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Microb Ecol. 2013 Nov;66(4):972-85. doi: 10.1007/s00248-013-0267-3. Epub 2013 Aug 4.

Bacterial communities of the gorgonian octocoral Pseudopterogorgia elisabethae.

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Departamento de Química, Universidad Nacional de Colombia, Bogotá, District of Colombia, Colombia.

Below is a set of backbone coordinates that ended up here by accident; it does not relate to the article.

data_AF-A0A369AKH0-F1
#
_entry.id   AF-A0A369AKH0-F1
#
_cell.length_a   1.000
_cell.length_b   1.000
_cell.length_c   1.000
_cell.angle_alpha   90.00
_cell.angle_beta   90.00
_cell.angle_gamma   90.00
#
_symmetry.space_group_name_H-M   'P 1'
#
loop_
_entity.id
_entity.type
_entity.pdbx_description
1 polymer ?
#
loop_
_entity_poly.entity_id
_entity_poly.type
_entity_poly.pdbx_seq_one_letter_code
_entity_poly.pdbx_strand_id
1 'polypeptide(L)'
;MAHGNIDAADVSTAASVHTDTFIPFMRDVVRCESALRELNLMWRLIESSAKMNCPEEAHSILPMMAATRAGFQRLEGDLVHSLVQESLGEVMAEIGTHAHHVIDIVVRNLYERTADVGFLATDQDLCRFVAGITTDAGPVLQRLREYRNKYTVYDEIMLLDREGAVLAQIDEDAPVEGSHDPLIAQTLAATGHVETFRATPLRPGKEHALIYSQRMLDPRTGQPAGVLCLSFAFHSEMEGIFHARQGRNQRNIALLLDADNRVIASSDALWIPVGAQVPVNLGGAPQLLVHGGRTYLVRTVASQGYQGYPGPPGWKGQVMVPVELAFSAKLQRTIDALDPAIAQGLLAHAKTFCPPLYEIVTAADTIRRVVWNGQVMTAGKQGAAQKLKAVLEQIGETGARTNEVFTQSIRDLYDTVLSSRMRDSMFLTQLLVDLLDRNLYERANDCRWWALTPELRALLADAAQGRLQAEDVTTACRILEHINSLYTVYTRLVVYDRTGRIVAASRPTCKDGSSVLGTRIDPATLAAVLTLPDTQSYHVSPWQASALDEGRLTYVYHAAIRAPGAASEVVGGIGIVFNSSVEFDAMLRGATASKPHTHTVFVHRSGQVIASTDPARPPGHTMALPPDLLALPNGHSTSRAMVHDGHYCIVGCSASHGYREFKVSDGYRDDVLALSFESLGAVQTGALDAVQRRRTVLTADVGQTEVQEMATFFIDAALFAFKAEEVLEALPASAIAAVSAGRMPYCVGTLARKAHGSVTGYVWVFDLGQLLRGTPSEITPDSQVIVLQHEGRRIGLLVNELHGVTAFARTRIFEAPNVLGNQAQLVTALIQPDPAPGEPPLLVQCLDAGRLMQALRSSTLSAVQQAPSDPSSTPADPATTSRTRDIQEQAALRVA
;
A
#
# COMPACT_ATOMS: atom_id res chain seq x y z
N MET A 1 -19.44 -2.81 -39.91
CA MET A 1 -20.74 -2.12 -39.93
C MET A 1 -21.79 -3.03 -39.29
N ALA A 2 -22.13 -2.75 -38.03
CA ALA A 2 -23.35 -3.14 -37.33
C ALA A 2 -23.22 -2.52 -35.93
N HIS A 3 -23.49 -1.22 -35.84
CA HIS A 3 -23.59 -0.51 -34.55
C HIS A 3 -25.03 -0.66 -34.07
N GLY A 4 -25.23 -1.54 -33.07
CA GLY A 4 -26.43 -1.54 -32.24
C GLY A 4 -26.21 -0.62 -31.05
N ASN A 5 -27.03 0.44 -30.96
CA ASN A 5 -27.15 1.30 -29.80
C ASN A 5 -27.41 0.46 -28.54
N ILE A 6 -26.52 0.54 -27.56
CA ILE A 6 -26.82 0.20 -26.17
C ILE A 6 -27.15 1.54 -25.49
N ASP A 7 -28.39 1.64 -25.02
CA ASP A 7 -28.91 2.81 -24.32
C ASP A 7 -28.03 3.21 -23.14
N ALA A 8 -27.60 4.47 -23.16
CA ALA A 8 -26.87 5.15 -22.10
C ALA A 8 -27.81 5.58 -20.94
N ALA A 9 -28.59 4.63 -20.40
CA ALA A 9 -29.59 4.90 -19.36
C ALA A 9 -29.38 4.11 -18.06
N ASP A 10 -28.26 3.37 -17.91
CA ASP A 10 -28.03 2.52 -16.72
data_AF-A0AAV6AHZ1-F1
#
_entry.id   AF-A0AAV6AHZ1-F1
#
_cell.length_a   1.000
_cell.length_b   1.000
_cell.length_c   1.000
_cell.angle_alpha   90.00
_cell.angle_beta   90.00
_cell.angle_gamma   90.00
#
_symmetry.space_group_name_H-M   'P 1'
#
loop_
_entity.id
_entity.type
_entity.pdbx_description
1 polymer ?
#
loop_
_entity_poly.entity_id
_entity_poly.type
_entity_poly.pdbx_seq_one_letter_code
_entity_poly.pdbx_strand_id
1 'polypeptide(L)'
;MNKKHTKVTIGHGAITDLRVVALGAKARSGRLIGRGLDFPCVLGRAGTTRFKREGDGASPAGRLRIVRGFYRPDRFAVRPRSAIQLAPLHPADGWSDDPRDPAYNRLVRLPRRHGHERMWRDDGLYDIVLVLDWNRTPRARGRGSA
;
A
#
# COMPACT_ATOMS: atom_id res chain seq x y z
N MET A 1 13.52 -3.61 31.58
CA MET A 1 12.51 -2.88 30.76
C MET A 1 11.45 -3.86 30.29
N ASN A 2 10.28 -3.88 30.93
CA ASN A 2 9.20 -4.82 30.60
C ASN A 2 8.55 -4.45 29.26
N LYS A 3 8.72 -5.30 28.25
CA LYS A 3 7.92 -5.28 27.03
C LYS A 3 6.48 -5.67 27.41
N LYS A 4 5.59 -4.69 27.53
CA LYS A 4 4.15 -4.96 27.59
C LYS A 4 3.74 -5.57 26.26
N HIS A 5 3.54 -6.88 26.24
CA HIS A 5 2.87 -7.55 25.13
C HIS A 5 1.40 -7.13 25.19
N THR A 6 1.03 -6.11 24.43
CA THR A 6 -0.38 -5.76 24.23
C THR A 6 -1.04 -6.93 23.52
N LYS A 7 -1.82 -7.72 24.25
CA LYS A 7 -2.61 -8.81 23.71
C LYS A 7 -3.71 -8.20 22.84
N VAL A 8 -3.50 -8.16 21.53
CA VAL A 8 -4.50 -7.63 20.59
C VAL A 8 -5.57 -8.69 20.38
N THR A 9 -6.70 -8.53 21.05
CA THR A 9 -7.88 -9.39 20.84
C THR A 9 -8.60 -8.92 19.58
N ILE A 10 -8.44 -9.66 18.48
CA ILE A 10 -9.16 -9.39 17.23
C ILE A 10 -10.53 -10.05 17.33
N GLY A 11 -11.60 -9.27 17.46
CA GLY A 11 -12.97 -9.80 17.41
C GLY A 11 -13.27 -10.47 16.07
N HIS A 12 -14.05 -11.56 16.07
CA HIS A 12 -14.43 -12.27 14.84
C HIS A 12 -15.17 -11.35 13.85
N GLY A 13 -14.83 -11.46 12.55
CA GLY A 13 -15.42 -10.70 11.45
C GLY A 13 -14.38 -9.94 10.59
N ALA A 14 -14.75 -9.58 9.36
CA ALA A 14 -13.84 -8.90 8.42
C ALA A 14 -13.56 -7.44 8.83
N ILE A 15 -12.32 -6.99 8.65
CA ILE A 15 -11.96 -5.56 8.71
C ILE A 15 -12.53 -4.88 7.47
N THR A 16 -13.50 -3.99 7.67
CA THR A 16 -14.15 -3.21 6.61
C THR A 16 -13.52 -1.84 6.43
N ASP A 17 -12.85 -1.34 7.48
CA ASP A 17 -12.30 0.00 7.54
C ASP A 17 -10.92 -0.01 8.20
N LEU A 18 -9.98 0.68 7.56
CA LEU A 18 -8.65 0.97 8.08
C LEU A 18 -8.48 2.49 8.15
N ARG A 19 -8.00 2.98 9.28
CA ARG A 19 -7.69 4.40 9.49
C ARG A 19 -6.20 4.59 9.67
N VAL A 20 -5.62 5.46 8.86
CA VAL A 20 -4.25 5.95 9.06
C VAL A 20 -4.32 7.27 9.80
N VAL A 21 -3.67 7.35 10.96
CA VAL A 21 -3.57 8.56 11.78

Pseudopterogorgia elisabethae is a common inhabitant of Caribbean reefs and is a well-known source of diterpenes with diverse biological activities. Notably, this octocoral is the sole source of the pseudopterosin family of anti-inflammatory diterpenes and is harvested to supply commercial demand for these metabolites. We have characterized the composition of the bacterial community associated with P. elisabethae collected from Providencia Island, Colombia, using both culture-dependent and culture-independent approaches. Culture-independent analysis revealed that the bacterial communities were composed of eight phyla, of which Proteobacteria was the most abundant. At the class level, bacterial communities were dominated by Gammaproteobacteria (82-87 %). Additionally, operational taxonomic units related to Pseudomonas and Endozoicomonas species were the most abundant phylotypes consistently associated with P. elisabethae colonies. Culture-dependent analysis resulted in the identification of 40 distinct bacteria classified as Bacilli (15), Actinobacteria (12), Gammaproteobacteria (9), Alphaproteobacteria (3), and Betaproteobacteria (1). Only one of the 40 cultured bacteria was closely related to a dominant phylotype detected in the culture-independent study, suggesting that conventional culturing techniques failed to culture the majority of octocoral-associated bacterial diversity. To the best of our knowledge, this is the first characterization of the bacterial diversity associated with P. elisabethae.

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